The study cites four key factors that support that conclusion: an unparallel location between the western shore of Lake Norman and Interstate 77; easy access to large and growing employment centers both in Mooresville and nearby Kannapolis, as well as a direct route to downtown Charlotte; an established, affluent population located around Lake Norman; and an experienced and sophisticated development team.
Plans for Langtree At The Lake call for 650 for-sale and for-lease luxury residential units, 600,000 square feet of commercial space, and 220,000 square feet of retail space. When the project is completed, it will provide 20 percent of the total property tax for the town of Mooresville, even thought it contains less that 2 percent of the land mass. It could also double the income the town receives from the hotel occupancy tax. As a bonus, the development is expected to create more than 1,000 new jobs.
Howard has carefully recruited the mix in the commercial portion of the project. He has plans for a Ruth’s Chris Steakhouse, very similar to the Ruth’s Chris Steakhouse in Myrtle Beach that he owns. There will also be a 14,000-square-foot 4-star Gateway Child Development Center, thanks to Jacobs who developed the Columbia-based Gateway business.
“Almost every type of business has approached us,” says Howard. “Some fit, some don’t. We don’t want the same things that are available at every other Interstate 77 exit. We are a unique destination. We want restaurants and retail that people will drive here for.”
He found the anchor for the commercial portion of the project when John Q. Hammonds Hotels & Resorts signed on to build a 12-story Embassy Suites Hotel with 300-plus rooms and 80,000 square feet of meeting space in an adjacent convention center. The project, expected to cost $75 to $85 million, will be similar to the Embassy Suites Charlotte-Concord Golf Resort & Spa plus convention center. Construction is expected to begin early next year, with completion expected in 2011.
Moving Heaven and Earth
The state of the economy has put the Langtree At The Lake project behind schedule by about one and half years. The credit crunch has been the biggest obstacle in getting the first phase of the project started.
“The banks are closed,” says Howard. “You can’t build, if you can’t get capital.”
With bankers reluctant to finance new commercial development, Langtree At The Lake is seeking $15 million in revenue bonds issued by the town of Mooresville for roads, sewer, and water improvements.
Last August, the North Carolina General Assembly authorized financing public infrastructure with bonds secured by assessments on the land. In March the Mooresville town commissioners approved Langtree’s request to form a Special Assessment Improvement District. Although this kind of bond financing is new to North Carolina, it has been used in over 40 states in the country for many years.
The delay in construction has also led to some changes to the Langtree project itself. The developers spent time focusing on the market and, as a result, changed the overall mix of the project, reducing the number of condominiums and increasing the number of luxury apartments. They also reduced the size of many of the residential units by 15 to 20 percent to make it easier for buyers to get financing.
After talking with town planners, the developers also reduced the size of the development overall, lowering the number of residents in some of the condo buildings from as many as 90 residents to between 24 and 50.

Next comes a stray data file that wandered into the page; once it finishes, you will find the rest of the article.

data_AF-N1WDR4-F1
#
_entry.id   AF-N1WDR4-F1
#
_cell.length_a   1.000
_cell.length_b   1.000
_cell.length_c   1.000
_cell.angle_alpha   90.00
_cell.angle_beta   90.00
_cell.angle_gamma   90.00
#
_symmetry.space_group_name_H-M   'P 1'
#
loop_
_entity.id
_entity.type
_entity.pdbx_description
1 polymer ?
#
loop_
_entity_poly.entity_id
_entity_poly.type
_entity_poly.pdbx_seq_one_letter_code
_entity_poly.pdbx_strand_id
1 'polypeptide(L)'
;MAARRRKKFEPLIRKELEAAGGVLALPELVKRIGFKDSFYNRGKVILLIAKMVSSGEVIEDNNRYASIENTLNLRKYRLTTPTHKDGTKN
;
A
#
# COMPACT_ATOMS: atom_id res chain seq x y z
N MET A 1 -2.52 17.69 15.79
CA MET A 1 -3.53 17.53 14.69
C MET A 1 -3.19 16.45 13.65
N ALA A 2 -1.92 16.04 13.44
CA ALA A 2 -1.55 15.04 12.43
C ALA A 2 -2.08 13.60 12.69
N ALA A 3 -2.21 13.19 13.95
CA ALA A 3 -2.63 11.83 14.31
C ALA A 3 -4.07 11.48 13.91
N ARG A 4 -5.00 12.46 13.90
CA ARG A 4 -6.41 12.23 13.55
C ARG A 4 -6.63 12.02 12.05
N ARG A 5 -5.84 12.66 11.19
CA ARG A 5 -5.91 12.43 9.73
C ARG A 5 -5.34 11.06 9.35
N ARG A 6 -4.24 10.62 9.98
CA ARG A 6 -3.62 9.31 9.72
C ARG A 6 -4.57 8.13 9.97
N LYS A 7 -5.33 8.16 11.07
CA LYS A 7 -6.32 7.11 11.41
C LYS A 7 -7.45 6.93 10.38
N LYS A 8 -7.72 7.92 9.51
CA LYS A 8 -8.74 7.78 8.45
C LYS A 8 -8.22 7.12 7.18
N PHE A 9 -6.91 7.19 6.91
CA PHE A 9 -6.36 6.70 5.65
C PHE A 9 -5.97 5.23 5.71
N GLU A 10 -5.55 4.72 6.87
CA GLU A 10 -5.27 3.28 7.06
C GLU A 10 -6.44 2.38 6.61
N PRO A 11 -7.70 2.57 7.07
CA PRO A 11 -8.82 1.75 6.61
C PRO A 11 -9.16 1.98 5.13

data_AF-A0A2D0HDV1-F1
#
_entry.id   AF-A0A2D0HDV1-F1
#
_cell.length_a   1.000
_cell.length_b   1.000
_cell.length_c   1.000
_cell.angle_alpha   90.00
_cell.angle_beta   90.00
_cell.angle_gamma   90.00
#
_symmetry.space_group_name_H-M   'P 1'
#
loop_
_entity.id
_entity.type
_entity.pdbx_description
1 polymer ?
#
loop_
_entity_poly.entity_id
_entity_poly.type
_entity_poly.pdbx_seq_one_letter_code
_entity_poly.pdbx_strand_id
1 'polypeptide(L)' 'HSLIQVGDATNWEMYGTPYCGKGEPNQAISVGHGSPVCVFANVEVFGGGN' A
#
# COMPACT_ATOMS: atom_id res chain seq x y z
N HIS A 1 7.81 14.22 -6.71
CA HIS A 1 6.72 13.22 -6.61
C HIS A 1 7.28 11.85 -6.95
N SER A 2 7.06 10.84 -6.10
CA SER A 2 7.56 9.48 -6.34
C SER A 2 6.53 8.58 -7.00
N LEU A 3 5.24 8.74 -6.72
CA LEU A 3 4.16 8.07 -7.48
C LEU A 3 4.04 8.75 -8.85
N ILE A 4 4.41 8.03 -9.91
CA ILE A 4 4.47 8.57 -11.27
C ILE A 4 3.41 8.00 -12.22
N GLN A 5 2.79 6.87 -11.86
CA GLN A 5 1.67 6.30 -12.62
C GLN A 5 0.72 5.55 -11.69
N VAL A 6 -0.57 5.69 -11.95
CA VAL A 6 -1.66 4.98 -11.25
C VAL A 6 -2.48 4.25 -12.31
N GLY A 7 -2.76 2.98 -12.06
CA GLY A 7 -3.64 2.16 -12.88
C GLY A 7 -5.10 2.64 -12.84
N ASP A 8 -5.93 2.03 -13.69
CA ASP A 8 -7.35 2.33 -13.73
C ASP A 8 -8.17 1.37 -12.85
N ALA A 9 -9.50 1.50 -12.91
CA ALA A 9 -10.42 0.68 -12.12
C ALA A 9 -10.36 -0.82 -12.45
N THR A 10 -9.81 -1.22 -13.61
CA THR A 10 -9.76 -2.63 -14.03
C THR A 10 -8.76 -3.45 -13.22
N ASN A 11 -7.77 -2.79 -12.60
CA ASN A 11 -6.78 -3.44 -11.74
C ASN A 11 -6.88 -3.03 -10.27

The first building set for construction this fall is a 24-unit condo building called The Residence at Langtree, with an average unit price of $450,000, down from $650,000 in earlier plans. Construction of a second 24-unit condo building will begin shortly after the first. Choate Construction Company, based in Atlanta, is the contractor.
In addition to Choate, Howard has assembled a group of project experts who are contributing their experience and knowledge to the development. Cole Jenest & Stone, a civil engineering and site design firm, will cover the land planning, civil engineering, and urban design. Brian Jenest is the partner at the firm with primary responsibility for the Langtree At The Lake project. Marc Warren, a partner in JHS Architecture, is the primary architect for the residential design. Parsons Brinckerhoff, PB, will do the traffic engineering. Charlie Willis, principal of Willis Engineers, brings his 30 years experience with wastewater and water engineering in the Lake Norman and Charlotte markets to the project.
Cushman & Wakefield’s Charlotte affiliate, Commercial Carolina, brings an advanced team to the table for marketing the retail opportunities, and NAI Global, with its network of 5,000 professionals and 325 offices in 55 countries, will help manage the commercial space.
The delay in getting construction underway has had at least one fortuitous consequence for the project. During the last year another 206 acres of property has become available and the Langtree Group was able to bring it in as part of the project.
The developers have also taken steps to lessen the environmental impact on Lake Norman, moving buildings 100 feet back from the water, more than twice the required distance, and opting to put boats in a dry storage facility, rather than keeping them in the water.
“Our strength is that we’re in the right location,” says Howard. “We’ve gone to every degree to avoid making mistakes. We have an opportunity to build something special. In the future, people will know someone planned this; it didn’t just happen.”